|Syntactic Confectionery Delight|
How to generate random sequence of UTF-8 charactersby ted.byers (Monk)
|on Dec 20, 2012 at 19:13 UTC||Need Help??|
ted.byers has asked for the
wisdom of the Perl Monks concerning the following question:
If I were to generate a sequence of all possible alphanumeric ASCII characters, it would be trivially simple. I would create an array as follows:my @chars = qw( 1 2 3 4 5 6 7 8 9 0 a b c d e f g h i j k l m n o p q r s t u v w x y z A B C D E F G H I J K L M N O P Q R S T U V W X Y Z );
I would then use the mersenne twister random number generator to select a character from the array to add onto one of the random sequences in the sample of such sequences I am attempting to construct. In fact, my favourite password generator uses a modification of this to produce very strong, memorable, passwords. The question is, though, what would I add to @chars in order to be able to generate a set of random sequences that, together, are certain to contain all possible valid UTF-8 characters (some of which, I understand, can need as many as 6 bytes to represent them). Or is there a better way to generate samples of random sequences in which the sample is certain to completely cover the sample space? This is with the caveat that I need only alpha-numeric characters as the purpose involves testing the ability of my code to handle text and numbers entered by a user on a UTF-8 encoded web page. Thus, non-printable characters, control characters, &c, while they may be well defined, are not of interest. I will need to untaint this data, and store it in my DB.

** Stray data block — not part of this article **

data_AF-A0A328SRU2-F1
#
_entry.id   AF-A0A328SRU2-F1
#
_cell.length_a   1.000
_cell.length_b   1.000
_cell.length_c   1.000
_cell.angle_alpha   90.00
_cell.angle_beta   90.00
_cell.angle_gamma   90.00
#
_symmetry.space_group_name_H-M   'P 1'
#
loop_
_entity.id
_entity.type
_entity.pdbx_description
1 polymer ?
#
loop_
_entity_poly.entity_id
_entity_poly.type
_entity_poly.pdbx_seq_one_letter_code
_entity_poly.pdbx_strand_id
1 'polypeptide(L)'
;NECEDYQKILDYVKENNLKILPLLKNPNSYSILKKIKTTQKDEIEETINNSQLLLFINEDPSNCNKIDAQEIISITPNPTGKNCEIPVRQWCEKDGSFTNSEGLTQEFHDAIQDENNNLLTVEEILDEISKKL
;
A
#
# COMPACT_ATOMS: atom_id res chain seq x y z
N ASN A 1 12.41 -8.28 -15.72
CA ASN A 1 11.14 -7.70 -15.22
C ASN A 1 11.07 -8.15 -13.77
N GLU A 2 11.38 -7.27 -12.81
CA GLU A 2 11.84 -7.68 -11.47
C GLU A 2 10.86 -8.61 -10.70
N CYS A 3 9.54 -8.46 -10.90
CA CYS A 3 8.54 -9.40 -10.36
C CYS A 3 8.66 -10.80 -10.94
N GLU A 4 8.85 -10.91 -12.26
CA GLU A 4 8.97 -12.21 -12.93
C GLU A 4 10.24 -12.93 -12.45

The real problem I need to address is how best to manage a transition of our system (which is in production), from a state in which everything is encoded as latin1 to a state in which everything is encoded in utf-8. I thought, until I have sufficient time to test everything from the transformation of our tables from latin1 through binary to utf-8, and how well our code behaves when it is dealing only with utf-8, I'd first convert one form to utf-8 and then, on the server side, convert the text received from the form from utf-8 to latin1 (and then, when a user wants to see it, convert it back from latin1 to utf-8). But I want a good sample to test to determine whether or not such conversions are reversable.
I'd welcome suggestions for handling either the random sequences of UTF-8 characters or a transaition of a data driven web applcation from latin1 to utf-8, or both, well.